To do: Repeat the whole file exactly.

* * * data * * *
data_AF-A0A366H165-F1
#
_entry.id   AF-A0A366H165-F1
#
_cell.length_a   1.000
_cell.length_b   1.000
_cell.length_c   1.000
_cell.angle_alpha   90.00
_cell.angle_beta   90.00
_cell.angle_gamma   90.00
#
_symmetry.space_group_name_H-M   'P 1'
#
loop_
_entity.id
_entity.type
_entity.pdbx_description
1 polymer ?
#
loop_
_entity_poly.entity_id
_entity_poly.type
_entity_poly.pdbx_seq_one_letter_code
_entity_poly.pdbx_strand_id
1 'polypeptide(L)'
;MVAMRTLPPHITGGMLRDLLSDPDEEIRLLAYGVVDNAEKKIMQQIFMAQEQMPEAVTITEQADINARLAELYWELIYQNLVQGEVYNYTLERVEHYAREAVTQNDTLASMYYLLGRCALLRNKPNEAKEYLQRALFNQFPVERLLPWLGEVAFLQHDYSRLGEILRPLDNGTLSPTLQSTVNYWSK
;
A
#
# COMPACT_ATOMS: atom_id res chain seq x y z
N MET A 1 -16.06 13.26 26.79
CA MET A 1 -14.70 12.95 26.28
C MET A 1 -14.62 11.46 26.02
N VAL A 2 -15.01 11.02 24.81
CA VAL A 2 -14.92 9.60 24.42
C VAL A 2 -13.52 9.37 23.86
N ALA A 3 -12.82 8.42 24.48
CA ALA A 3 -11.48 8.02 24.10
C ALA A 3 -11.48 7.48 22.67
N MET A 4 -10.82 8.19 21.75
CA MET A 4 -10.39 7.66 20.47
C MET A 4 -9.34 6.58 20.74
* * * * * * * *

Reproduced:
data_AF-A0A366H165-F1
#
_entry.id   AF-A0A366H165-F1
#
_cell.length_a   1.000
_cell.length_b   1.000
_cell.length_c   1.000
_cell.angle_alpha   90.00
_cell.angle_beta   90.00
_cell.angle_gamma   90.00
#
_symmetry.space_group_name_H-M   'P 1'
#
loop_
_entity.id
_entity.type
_entity.pdbx_description
1 polymer ?
#
loop_
_entity_poly.entity_id
_entity_poly.type
_entity_poly.pdbx_seq_one_letter_code
_entity_poly.pdbx_strand_id
1 'polypeptide(L)'
;MVAMRTLPPHITGGMLRDLLSDPDEEIRLLAYGVVDNAEKKIMQQIFMAQEQMPEAVTITEQADINARLAELYWELIYQNLVQGEVYNYTLERVEHYAREAVTQNDTLASMYYLLGRCALLRNKPNEAKEYLQRALFNQFPVERLLPWLGEVAFLQHDYSRLGEILRPLDNGTLSPTLQSTVNYWSK
;
A
#
# COMPACT_ATOMS: atom_id res chain seq x y z
N MET A 1 -16.06 13.26 26.79
CA MET A 1 -14.70 12.95 26.28
C MET A 1 -14.62 11.46 26.02
N VAL A 2 -15.01 11.02 24.81
CA VAL A 2 -14.92 9.60 24.42
C VAL A 2 -13.52 9.37 23.86
N ALA A 3 -12.82 8.42 24.48
CA ALA A 3 -11.48 8.02 24.10
C ALA A 3 -11.48 7.48 22.67
N MET A 4 -10.82 8.19 21.75
CA MET A 4 -10.39 7.66 20.47
C MET A 4 -9.34 6.58 20.74